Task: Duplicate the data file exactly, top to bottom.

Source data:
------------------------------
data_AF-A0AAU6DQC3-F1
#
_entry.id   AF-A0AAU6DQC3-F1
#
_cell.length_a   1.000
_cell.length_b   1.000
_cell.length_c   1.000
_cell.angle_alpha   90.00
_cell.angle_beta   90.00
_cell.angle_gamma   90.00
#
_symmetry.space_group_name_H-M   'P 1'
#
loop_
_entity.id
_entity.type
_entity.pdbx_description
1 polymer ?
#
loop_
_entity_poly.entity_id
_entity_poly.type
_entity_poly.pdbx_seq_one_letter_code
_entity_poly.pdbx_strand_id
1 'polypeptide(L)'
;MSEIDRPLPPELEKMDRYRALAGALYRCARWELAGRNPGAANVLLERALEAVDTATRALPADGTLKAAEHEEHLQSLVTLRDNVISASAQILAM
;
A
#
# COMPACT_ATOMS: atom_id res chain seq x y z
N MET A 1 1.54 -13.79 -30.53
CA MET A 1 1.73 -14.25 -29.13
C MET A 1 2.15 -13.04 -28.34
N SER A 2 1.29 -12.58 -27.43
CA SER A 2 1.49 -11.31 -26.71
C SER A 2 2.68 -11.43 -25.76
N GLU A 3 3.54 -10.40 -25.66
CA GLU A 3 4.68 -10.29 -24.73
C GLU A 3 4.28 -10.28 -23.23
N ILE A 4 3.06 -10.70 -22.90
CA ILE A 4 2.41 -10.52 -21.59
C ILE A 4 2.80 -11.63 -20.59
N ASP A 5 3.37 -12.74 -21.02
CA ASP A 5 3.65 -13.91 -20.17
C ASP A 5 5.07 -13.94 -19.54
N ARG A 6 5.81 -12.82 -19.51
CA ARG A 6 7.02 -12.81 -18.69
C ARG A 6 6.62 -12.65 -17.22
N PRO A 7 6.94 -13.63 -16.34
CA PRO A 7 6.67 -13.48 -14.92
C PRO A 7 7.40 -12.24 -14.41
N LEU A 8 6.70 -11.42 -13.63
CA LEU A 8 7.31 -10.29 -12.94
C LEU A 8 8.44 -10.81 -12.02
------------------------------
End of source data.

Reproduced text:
data_AF-A0AAU6DQC3-F1
#
_entry.id   AF-A0AAU6DQC3-F1
#
_cell.length_a   1.000
_cell.length_b   1.000
_cell.length_c   1.000
_cell.angle_alpha   90.00
_cell.angle_beta   90.00
_cell.angle_gamma   90.00
#
_symmetry.space_group_name_H-M   'P 1'
#
loop_
_entity.id
_entity.type
_entity.pdbx_description
1 polymer ?
#
loop_
_entity_poly.entity_id
_entity_poly.type
_entity_poly.pdbx_seq_one_letter_code
_entity_poly.pdbx_strand_id
1 'polypeptide(L)'
;MSEIDRPLPPELEKMDRYRALAGALYRCARWELAGRNPGAANVLLERALEAVDTATRALPADGTLKAAEHEEHLQSLVTLRDNVISASAQILAM
;
A
#
# COMPACT_ATOMS: atom_id res chain seq x y z
N MET A 1 1.54 -13.79 -30.53
CA MET A 1 1.73 -14.25 -29.13
C MET A 1 2.15 -13.04 -28.34
N SER A 2 1.29 -12.58 -27.43
CA SER A 2 1.49 -11.31 -26.71
C SER A 2 2.68 -11.43 -25.76
N GLU A 3 3.54 -10.40 -25.66
CA GLU A 3 4.68 -10.29 -24.73
C GLU A 3 4.28 -10.28 -23.23
N ILE A 4 3.06 -10.70 -22.90
CA ILE A 4 2.41 -10.52 -21.59
C ILE A 4 2.80 -11.63 -20.59
N ASP A 5 3.37 -12.74 -21.02
CA ASP A 5 3.65 -13.91 -20.17
C ASP A 5 5.07 -13.94 -19.54
N ARG A 6 5.81 -12.82 -19.51
CA ARG A 6 7.02 -12.81 -18.69
C ARG A 6 6.62 -12.65 -17.22
N PRO A 7 6.94 -13.63 -16.34
CA PRO A 7 6.67 -13.48 -14.92
C PRO A 7 7.40 -12.24 -14.41
N LEU A 8 6.70 -11.42 -13.63
CA LEU A 8 7.31 -10.29 -12.94
C LEU A 8 8.44 -10.81 -12.02